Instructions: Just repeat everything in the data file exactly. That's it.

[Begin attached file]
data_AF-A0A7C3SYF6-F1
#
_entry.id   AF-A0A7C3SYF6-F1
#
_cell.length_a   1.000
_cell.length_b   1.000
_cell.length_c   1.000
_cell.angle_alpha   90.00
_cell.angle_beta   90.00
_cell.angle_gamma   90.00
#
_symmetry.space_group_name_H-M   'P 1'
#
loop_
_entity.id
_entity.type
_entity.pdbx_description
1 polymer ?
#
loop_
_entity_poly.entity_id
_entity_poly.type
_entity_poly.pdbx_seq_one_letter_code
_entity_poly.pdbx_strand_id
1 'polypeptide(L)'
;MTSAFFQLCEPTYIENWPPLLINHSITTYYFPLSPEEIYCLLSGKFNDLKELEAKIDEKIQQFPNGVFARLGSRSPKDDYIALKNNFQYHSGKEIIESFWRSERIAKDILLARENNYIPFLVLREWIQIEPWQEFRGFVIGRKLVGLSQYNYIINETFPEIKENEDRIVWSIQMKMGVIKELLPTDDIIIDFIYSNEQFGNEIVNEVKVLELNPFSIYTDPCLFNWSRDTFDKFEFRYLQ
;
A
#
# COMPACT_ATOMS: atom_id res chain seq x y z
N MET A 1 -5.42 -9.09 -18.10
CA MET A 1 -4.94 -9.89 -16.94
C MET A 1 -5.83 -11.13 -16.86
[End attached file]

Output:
data_AF-A0A7C3SYF6-F1
#
_entry.id   AF-A0A7C3SYF6-F1
#
_cell.length_a   1.000
_cell.length_b   1.000
_cell.length_c   1.000
_cell.angle_alpha   90.00
_cell.angle_beta   90.00
_cell.angle_gamma   90.00
#
_symmetry.space_group_name_H-M   'P 1'
#
loop_
_entity.id
_entity.type
_entity.pdbx_description
1 polymer ?
#
loop_
_entity_poly.entity_id
_entity_poly.type
_entity_poly.pdbx_seq_one_letter_code
_entity_poly.pdbx_strand_id
1 'polypeptide(L)'
;MTSAFFQLCEPTYIENWPPLLINHSITTYYFPLSPEEIYCLLSGKFNDLKELEAKIDEKIQQFPNGVFARLGSRSPKDDYIALKNNFQYHSGKEIIESFWRSERIAKDILLARENNYIPFLVLREWIQIEPWQEFRGFVIGRKLVGLSQYNYIINETFPEIKENEDRIVWSIQMKMGVIKELLPTDDIIIDFIYSNEQFGNEIVNEVKVLELNPFSIYTDPCLFNWSRDTFDKFEFRYLQ
;
A
#
# COMPACT_ATOMS: atom_id res chain seq x y z
N MET A 1 -5.42 -9.09 -18.10
CA MET A 1 -4.94 -9.89 -16.94
C MET A 1 -5.83 -11.13 -16.86